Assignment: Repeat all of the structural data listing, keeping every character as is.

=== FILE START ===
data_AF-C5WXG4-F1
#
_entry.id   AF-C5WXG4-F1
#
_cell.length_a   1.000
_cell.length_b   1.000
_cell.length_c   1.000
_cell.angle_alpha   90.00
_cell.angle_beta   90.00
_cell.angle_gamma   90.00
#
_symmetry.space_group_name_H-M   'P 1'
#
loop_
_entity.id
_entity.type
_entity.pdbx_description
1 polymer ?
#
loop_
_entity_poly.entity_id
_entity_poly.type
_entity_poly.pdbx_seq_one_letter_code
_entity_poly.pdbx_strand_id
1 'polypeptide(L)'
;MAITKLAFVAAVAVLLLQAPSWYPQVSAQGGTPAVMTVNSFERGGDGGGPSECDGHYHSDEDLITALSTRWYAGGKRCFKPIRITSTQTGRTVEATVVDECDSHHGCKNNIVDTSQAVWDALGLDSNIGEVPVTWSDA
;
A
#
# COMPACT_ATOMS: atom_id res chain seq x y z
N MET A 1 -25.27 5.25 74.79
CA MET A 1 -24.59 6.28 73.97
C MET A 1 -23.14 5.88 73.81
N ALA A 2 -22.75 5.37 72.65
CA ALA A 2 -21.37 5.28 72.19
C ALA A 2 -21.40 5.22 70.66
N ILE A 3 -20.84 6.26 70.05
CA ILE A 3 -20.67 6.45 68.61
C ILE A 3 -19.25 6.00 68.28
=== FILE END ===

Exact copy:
data_AF-C5WXG4-F1
#
_entry.id   AF-C5WXG4-F1
#
_cell.length_a   1.000
_cell.length_b   1.000
_cell.length_c   1.000
_cell.angle_alpha   90.00
_cell.angle_beta   90.00
_cell.angle_gamma   90.00
#
_symmetry.space_group_name_H-M   'P 1'
#
loop_
_entity.id
_entity.type
_entity.pdbx_description
1 polymer ?
#
loop_
_entity_poly.entity_id
_entity_poly.type
_entity_poly.pdbx_seq_one_letter_code
_entity_poly.pdbx_strand_id
1 'polypeptide(L)'
;MAITKLAFVAAVAVLLLQAPSWYPQVSAQGGTPAVMTVNSFERGGDGGGPSECDGHYHSDEDLITALSTRWYAGGKRCFKPIRITSTQTGRTVEATVVDECDSHHGCKNNIVDTSQAVWDALGLDSNIGEVPVTWSDA
;
A
#
# COMPACT_ATOMS: atom_id res chain seq x y z
N MET A 1 -25.27 5.25 74.79
CA MET A 1 -24.59 6.28 73.97
C MET A 1 -23.14 5.88 73.81
N ALA A 2 -22.75 5.37 72.65
CA ALA A 2 -21.37 5.28 72.19
C ALA A 2 -21.40 5.22 70.66
N ILE A 3 -20.84 6.26 70.05
CA ILE A 3 -20.67 6.45 68.61
C ILE A 3 -19.25 6.00 68.28